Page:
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fullscreen mode

Mar 3, 2012 at 2:51 AM


I was wondering if there is a built-in way to trigger fullscreen mode?



Mar 3, 2012 at 5:57 PM

Most of the samples should work if you ALT+ENTER into or out of full screen mode.  The samples that use the RenderApplication as a base class should resize the appropriate render targets as well, but not all of them have been updated yet.  If you find one that doesn't work properly post it here and I will take a closer look at it.

Mar 4, 2012 at 5:29 AM
Edited Mar 4, 2012 at 5:30 AM

I've been lurking on this list whilst I (gradually) make my way through Jason's book (which is completely awesome btw).

I was briefly confused by this too, the key point is that this is automatically handled by DXGI. I think the behavior can be controlled by this call:
And I'm guessing you ask the question because you want to do it programmatically. Fortunately this is trivial:
SwapChainConfigDX11 Config;
Config.SetWidth( m_pWindow->GetWidth() );
Config.SetHeight( m_pWindow->GetHeight() );
Config.SetOutputWindow( m_pWindow->GetHandle() );
Config.SetWindowed(false); // go to fullscreen!
m_iSwapChain = m_pRenderer11->CreateSwapChain( &Config );
m_pWindow->SetSwapChain( m_iSwapChain );

Jason [Kinzer] (not to be confused with Jason Zink ;-)
Mar 4, 2012 at 5:37 AM
Edited Mar 4, 2012 at 7:38 AM

I have the book too but I didn't notice this. Thanks both Jasons!


Mar 4, 2012 at 7:47 PM

Thanks for the post Jason - that is really great.  Also, thanks for the comments on the book - I really appreciate your feedback! 

I'm not sure if you have access to the wiki or not, but if so, would you be willing to put a short page on it that describes what you need to do to start up in full screen?  If you don't have access, then I can of course add it in myself...

Thanks again for the post!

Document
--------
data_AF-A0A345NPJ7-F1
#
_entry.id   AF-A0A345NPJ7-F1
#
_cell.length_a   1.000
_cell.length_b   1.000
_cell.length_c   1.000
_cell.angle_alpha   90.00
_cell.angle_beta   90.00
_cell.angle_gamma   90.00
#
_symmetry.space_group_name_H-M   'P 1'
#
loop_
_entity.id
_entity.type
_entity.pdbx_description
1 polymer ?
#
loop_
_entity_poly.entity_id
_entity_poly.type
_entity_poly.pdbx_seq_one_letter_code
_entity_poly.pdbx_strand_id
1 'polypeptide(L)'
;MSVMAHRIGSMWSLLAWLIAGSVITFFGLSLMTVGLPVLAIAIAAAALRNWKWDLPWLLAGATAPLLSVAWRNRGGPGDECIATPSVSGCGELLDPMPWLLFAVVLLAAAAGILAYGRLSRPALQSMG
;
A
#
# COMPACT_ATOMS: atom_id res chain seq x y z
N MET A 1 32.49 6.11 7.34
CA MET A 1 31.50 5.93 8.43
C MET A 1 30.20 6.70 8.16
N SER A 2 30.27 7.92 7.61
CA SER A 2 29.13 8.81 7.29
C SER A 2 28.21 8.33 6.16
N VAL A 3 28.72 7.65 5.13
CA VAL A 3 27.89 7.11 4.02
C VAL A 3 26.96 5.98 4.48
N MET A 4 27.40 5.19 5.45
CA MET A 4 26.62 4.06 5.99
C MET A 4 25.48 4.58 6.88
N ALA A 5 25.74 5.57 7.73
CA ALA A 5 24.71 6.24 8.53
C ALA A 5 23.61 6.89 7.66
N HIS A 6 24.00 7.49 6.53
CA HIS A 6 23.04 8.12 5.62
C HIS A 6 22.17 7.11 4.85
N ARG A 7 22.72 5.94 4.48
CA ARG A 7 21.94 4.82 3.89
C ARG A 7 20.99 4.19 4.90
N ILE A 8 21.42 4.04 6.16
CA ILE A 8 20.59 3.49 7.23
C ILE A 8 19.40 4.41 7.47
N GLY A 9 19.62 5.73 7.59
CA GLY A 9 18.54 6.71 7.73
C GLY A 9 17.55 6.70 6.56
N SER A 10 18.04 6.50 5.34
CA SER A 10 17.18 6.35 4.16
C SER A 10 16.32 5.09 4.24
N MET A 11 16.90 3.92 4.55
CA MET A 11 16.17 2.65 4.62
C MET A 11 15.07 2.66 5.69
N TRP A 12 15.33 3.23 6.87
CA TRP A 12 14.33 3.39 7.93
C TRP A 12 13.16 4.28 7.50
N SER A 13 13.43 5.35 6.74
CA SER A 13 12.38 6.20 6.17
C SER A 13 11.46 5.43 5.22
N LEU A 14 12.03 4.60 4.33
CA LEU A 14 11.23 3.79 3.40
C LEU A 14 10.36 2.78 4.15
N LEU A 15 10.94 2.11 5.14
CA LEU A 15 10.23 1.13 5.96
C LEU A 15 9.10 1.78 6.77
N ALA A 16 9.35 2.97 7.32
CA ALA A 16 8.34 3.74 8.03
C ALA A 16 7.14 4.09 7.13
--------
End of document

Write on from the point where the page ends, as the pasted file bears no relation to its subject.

Jason (Zink) :)

Mar 5, 2012 at 4:20 PM
Edited Mar 5, 2012 at 4:21 PM

Sure thing: I'd be happy to help. My cursory examination didn't reveal an 'edit' button however. I don't know well, anything really, about codeplex, but I noticed in the 'what's new' an old bullet for 2009 that states: "We also introduced a[n] ... Editor role where this team member can only modify the wiki". So perhaps I would need to have this role to do so?

Yeah, I'm really enjoying the book and H3. I've been tearing my hair out b/c the other engines I've played with (e.g. Ogre) make it quite difficult to map concepts back to their fundamentals because of the layers and fallbacks; and if one only only cares about DX 10/11 this just serves to obscure (e.g. instancing is actually a simple concept but when an engine has to support pseudo-instancing for older cards, throw in GL support, and so on, things gets waaay more complicated). On the other hand tho using raw DX just feels like banging so many rocks together. So I think H3 hits the ideal level of abstraction here: not obscuring DX, but streamlining.

Oh, and as long as I'm hijacking the thread, I should note I'd love to see additional stuff (herewith follows the Christmas list). Stuff like LOD+imposter system or demo (C4 engine does this well), content pipeline support (XNA does this well, assimp may help a lot here), and additional demos showing simpler techniques like how to do skyboxes, how to reduce batch count using techniques such as instancing and texture arrays, how to render grass/clutter efficiently, and so on. Oh yeah, and I'd like my laptop gold-plated too. I'm more or less a neophyte atm, but if I end up doing some of this and it looks useful I'll definitely contribute back (this is code for "you may get pestered as I try to figure out how to do it" ;-)



Mar 6, 2012 at 12:07 AM

Congratulations - you are officially our first editor :)

Thanks for the comments on the engine.  Several others have also made the comments that it could use a few more basic concept type of samples and demos, so that is worth considering.  At some point I would like to add some additional content to the book (either in a second edition, or perhaps as a free download) that addresses the beginner stages in a bit more detail.

The topics that you mentioned sound like a good variety - perhaps we should create something in the wiki for requested samples?  That way as people develop them, or we get some free time, then we can try out building the samples and adding them into the engine distribution.

Thanks again for the comments, and I would encourage you (and anyone else out there) to write a review on Amazon for the book.  Good or bad, your opinion will help others decide if the book is right for them or not!